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Access to Info plan includes guidance on historical records, no legislative changes

OTTAWA — The Liberal government has outlined a variety of steps intended to make the much-criticized Access to Information system work better, including new guidance on disclosure of historical records.
The Liberal government is outlining a variety of steps intended to make the much-criticized Access to Information system work better.A person makes their way past the Peace Tower on Parliament Hill in Ottawa on Tuesday, Feb. 13, 2024. THE CANADIAN PRESS/Sean Kilpatrick

OTTAWA — The Liberal government has outlined a variety of steps intended to make the much-criticized Access to Information system work better, including new guidance on disclosure of historical records.

But the new plan makes it clear any changes to the federal access law will have to wait until after the next formal review, set to begin a year from now.

For a $5 fee, people can use the Access to Information Act to request government records ranging from emails and memos to reports and expense claims.

Federal agencies are supposed to respond within 30 days or provide valid reasons why more time is needed to process a request.

The access law has not been fully updated since its introduction 41 years ago. Many users complain of lengthy delays as well as exemptions in the law that result in heavily blacked-out documents or blanket denials in response to their applications.

Civil society groups, journalists and members of the public who took part in the last federal review of the regime called for expansion of the law, removal of loopholes, stricter timelines for responses and more resources to make the system work.

In addition, a report last June from a House of Commons committee made 38 recommendations to overhaul the access regime, including an amendment to the law that would allow for fines or penalties when agencies miss deadlines for answering requests.

Many records held by Library and Archives Canada, though often decades old, are still vetted through the Access to Information law. Information related to national security, defence, international affairs, personal matters, legal advice and a host of other areas might be stripped from the documents prior to disclosure.

In an April 2022 report, information commissioner Caroline Maynard, an ombudsman for requesters, highlighted the lack of a framework across government for declassifying sensitive records.

The federal plan on Access to Information modernization, released Wednesday by Treasury Board President Anita Anand, is part of a broader "trust and transparency strategy."

The access plan focuses on administrative changes aimed at making the federal processing of requests more efficient and timely.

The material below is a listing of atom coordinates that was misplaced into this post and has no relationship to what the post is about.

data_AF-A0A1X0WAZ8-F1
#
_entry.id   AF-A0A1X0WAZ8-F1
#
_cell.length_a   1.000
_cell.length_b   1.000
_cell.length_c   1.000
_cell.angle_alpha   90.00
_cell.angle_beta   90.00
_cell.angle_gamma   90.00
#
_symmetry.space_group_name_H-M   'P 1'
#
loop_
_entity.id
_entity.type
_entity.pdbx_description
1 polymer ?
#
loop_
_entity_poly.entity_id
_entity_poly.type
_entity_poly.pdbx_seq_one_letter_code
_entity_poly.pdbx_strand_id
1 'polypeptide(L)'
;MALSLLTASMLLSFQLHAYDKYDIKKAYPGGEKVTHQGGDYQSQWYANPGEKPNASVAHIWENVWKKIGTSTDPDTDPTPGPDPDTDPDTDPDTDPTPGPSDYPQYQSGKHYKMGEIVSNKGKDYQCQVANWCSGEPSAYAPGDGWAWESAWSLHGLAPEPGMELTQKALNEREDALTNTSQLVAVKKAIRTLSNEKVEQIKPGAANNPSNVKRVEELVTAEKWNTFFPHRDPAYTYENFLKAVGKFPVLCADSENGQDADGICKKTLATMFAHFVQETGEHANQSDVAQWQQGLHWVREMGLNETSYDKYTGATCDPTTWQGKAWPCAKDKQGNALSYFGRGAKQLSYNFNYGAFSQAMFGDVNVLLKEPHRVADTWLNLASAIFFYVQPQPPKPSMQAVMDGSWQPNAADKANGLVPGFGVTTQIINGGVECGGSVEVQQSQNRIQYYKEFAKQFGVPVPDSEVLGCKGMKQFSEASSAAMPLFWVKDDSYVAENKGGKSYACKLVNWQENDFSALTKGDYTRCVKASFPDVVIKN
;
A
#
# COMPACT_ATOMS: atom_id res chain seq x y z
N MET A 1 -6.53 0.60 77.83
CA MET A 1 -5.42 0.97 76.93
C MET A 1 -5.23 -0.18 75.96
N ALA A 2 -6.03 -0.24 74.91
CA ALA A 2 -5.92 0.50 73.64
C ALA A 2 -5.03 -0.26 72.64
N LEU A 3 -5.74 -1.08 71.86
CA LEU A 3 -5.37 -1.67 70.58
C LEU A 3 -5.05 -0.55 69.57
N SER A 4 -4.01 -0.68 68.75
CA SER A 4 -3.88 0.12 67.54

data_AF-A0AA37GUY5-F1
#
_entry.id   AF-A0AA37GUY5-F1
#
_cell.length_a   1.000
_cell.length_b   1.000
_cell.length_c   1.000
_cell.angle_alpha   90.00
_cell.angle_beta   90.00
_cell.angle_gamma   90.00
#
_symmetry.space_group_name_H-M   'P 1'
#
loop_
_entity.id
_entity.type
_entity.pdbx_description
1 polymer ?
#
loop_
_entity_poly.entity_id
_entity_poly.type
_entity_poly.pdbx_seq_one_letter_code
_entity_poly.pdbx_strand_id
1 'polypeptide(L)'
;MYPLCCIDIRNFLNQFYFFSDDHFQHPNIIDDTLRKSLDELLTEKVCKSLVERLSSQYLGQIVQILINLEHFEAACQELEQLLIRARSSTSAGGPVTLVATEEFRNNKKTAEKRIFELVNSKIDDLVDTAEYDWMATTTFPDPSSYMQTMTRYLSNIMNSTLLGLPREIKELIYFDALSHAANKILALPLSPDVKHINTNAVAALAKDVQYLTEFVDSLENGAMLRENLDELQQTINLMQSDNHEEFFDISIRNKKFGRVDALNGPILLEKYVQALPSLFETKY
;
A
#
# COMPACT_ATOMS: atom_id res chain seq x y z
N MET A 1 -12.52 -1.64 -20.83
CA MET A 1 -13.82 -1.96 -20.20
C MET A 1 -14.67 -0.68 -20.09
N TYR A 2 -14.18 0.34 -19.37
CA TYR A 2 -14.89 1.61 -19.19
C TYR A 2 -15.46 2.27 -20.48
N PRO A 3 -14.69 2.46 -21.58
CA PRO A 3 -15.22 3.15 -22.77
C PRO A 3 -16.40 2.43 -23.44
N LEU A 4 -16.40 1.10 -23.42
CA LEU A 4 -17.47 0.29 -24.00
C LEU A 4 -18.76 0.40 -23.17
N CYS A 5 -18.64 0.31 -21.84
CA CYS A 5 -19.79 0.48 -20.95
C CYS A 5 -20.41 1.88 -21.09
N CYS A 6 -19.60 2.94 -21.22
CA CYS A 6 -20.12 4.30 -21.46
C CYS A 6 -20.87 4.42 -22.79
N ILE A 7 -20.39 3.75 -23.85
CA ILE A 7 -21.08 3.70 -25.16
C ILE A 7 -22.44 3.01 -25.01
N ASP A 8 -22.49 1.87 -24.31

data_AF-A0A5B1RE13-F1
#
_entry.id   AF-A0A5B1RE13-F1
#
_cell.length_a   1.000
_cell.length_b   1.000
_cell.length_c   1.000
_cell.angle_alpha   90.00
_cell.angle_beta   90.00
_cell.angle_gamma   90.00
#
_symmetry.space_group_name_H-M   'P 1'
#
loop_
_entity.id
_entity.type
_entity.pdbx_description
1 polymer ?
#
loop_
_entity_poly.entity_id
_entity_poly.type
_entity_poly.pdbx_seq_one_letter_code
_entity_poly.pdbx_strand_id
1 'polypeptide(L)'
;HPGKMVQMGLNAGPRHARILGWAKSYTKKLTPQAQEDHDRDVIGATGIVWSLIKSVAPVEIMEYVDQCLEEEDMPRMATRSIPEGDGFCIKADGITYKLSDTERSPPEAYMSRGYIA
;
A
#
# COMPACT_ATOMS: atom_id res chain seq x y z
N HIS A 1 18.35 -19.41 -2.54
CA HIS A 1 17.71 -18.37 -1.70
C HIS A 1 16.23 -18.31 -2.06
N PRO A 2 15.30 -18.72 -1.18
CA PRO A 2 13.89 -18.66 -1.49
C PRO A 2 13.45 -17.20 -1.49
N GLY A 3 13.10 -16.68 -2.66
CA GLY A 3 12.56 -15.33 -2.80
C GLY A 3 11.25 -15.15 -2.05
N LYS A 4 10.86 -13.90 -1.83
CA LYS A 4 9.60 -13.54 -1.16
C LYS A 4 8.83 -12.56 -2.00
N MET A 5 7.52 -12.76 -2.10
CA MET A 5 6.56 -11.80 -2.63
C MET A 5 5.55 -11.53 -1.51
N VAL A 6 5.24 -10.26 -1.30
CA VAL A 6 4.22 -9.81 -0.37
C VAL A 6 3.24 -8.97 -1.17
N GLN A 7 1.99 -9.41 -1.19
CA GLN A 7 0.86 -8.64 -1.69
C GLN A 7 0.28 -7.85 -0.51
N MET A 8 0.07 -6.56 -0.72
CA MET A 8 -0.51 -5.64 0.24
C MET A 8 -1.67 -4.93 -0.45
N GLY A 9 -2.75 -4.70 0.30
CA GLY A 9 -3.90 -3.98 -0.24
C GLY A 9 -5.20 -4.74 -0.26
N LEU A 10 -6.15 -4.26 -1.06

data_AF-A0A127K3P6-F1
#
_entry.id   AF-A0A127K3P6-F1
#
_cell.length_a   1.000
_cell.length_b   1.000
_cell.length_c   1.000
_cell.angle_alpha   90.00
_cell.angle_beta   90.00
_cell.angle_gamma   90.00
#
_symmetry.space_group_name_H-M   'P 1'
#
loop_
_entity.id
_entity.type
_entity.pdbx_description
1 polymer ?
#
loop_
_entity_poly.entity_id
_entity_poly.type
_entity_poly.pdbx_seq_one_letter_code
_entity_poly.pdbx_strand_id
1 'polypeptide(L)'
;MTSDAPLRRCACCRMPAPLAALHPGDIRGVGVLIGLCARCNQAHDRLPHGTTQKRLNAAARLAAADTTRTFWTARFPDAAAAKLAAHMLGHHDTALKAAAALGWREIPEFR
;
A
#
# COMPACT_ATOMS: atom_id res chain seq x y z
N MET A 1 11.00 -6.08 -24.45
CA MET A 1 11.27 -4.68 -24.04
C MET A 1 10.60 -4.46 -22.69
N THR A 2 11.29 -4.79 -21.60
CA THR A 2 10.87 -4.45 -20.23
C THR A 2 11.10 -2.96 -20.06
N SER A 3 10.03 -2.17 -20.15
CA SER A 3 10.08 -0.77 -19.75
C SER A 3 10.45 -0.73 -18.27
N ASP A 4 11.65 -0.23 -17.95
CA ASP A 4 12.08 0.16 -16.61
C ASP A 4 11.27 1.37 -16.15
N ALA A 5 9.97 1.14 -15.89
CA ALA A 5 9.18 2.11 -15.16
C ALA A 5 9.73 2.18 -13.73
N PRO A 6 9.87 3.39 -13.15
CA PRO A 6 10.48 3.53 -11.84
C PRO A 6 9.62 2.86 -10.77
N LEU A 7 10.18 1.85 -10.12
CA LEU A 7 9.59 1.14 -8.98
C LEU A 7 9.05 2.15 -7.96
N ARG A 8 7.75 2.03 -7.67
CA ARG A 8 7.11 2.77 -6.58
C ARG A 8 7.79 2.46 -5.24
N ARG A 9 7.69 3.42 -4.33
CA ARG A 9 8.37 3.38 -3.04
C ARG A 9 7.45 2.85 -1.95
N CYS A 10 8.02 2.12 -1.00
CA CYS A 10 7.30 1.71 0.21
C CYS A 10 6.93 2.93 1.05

Among the measures is policy guidance the government says will allow for a more consistent approach to the review and potential disclosure of historical records.

The guidance identifies recommended time thresholds to help federal institutions apply exemptions under the law.

It says the recommended time thresholds are intended to encourage institutions "to consider the passage of time as a relevant factor" when exercising discretion on whether to release records of historical value to Canadians.

Under the new guidance, for example, the time threshold is 50 years for the exemption that allows institutions to withhold records based on their sensitivity related to defence, international affairs or security.

Officials are now encouraged to consider a threshold of 30 years when applying the exemption in the law related to historical records about federal-provincial affairs.

Anand said Wednesday the guidance amounts to "a major change from previous practice."

"The baseline has changed," she said in an interview. "In other words, the baseline now is this information will be released after the time period has passed unless there is an overarching reason not to release it."

The 50-year threshold related to defence, international affairs and security is "far too long a period," said Alan Barnes, a former federal intelligence official who is now a senior fellow of the Centre for Security, Intelligence and Defence Studies at Carleton University.

Before introduction of the access law in 1983, general government policy was to release records older than 30 years, he said.

Barnes added that officials could interpret the new guidelines to mean that consideration of the age of records should come into play only when they have reached the threshold, but not before — meaning fewer records might be released.

Given the long-standing reluctance of departments to disclose historical records, "it is likely, in my view, that departments will use these new guidelines to avoid using their discretion on records more recent than the thresholds," Barnes said.

Other measures in the plan include additional guidance for those who process requests, more training and adoption of modern digital tools.

The plan says latest federal review of the access law, set to begin by June of next year, will give the government a chance to explore ways to strengthen the legislation.

"We are going to review the act in whole beginning in 2025," Anand said.

"The bottom line is that transparency is a top priority and we will keep working on it."

This report by The Canadian Press was first published May 29, 2024.

Jim Bronskill, The Canadian Press